Purchasing Vacation/ retirement Real Estate

Take your time deciding, what’s the rush?

As a 60 something Realtor, I see some of my peer group (and clientele)considering a non-Canadian vacation and/or retirement property. The idea is to purchase now, use it to holiday and maybe eventually retire there, or at the least spend the winter somewhere warmer (and it is an investment). Sounds like an excellent idea, especially in Edmonton during February. Often people are in an area during a winter holiday, Phoenix, Cabo, Palm Springs or Costa Rica, and are ‘smitten’ with how awesome it is, the weather, the great price of Real Estate and the whatever else is tugging your strings. If you are considering a purchase, WAIT, DON’T BUY YET!

A few of pieces of advice that come from my professional experience.

1) Go back for another vacation of a longer duration, (like a month or 2) and see if you are still in love.
2) If you are still pumped, go back on a “buying trip” not a holiday, check out the local market with a Realtor and treat it like a business decision.
3) Check into the crime rates, carrying costs (condo , HOA fees, property taxes etc.) and taxation issues surrounding your dream. These properties sometimes are not so much an “investment”, but an expensive liability when you are unable to enjoy it for some reason, down the road. And your kids may not have the time, money or desire to keep it, if you aren’t paying the bills.
4) Take a look at the local tax laws for the ‘hit’ when selling, many foreign governments like to tax the heck out of “non-voting residents”, as they suffer very little political backlash….see Florida. Any or most of the money actually made on your property goes back to the local economy, not to you or your family.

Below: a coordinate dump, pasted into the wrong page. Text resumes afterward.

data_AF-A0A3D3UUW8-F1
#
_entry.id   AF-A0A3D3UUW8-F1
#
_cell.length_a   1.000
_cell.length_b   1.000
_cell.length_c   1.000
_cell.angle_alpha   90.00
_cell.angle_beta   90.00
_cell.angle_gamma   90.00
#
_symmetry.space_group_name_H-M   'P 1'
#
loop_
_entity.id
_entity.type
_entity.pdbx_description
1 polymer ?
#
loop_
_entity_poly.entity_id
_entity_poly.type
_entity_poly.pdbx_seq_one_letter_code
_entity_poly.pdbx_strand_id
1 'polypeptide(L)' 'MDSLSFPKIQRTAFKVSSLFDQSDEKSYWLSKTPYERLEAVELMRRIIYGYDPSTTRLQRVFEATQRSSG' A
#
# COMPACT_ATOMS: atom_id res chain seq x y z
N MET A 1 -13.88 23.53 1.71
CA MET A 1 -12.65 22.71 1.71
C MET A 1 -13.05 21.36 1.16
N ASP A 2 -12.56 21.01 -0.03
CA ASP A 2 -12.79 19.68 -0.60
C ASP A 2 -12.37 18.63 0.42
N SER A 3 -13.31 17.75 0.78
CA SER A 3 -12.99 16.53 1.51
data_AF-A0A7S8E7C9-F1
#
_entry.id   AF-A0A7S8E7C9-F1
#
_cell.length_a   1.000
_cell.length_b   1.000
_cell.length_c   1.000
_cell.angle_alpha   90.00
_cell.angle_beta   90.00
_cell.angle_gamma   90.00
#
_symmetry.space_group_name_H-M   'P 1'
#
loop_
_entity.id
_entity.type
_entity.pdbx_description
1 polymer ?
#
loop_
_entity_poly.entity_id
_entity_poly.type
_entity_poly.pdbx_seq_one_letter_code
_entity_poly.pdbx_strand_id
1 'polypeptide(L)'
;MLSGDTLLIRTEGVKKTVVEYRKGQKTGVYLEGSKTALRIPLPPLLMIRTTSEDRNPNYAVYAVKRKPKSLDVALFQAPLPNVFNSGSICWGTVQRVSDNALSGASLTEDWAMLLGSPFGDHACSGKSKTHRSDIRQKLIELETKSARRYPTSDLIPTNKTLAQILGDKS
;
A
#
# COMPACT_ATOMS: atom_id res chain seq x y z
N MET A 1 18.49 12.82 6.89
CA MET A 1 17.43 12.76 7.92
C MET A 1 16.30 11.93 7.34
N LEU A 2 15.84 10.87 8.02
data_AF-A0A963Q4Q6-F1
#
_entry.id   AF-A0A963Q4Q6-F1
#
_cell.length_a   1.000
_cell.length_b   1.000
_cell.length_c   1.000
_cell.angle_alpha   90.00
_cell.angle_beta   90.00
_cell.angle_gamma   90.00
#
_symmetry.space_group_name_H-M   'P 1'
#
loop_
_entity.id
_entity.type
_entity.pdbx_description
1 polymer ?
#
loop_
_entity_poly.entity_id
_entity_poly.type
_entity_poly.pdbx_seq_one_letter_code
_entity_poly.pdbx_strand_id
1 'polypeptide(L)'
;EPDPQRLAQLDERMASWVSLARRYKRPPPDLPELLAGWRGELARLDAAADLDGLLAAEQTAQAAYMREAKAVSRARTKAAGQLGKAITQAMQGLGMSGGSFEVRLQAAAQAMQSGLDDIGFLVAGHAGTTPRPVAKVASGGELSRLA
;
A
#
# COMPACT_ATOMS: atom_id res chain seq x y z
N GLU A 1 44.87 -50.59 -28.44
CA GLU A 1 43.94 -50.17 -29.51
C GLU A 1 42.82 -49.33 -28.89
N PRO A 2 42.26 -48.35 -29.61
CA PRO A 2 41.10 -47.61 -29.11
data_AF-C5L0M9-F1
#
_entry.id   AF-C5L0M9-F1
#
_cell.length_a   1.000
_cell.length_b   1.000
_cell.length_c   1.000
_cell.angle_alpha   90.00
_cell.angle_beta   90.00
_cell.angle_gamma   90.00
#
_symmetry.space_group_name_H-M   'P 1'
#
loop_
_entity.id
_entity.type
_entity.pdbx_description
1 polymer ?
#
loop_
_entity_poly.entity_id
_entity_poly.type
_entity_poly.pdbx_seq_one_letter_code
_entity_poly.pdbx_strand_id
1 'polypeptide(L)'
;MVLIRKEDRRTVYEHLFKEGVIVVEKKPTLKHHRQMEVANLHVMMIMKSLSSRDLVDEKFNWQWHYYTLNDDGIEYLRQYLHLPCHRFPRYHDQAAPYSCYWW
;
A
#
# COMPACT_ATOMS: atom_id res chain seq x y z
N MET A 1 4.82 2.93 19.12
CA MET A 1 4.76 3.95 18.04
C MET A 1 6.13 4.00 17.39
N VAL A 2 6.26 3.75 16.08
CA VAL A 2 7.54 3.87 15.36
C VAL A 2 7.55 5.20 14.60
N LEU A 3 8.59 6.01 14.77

5) Remember by the time you are 70 or before, health insurance can be prohibitively expensive  and statistically,  23%+/- of your peer group are deceased (really), so you may actually only have a relatively short window to enjoy paradise.
6) If you are going to spend less than 5-6 months a year there, renting or seasonally leasing may be a much more cost effective alternative. When you can’t or don’t want to go….It’s someone else’s problem!

Time shares may be OK if you intend to use the weeks EVERY year, like a forced vacation, or trade the weeks for an alternate resort that you are interested in seeing. Remember they have little to no value when you are done, and the yearly/ monthly ‘maintenance fees’ can really begin to wear on you…. tip: you can generally buy them re-sale at less than 50 cents on the dollar, that way you won’t feel too bad when you try to sell them at a seriously depreciated price…..be realistic.

I don’t mean to be a “buzz-kill”, but the flush of new love during a vacation has lead many normally sane individuals to rash decisions. Be cool and consider all the angles before making a decision. It may all work out as you have envisioned, but you can be satisfied that you considered both the positive and negative ramifications of your choice.

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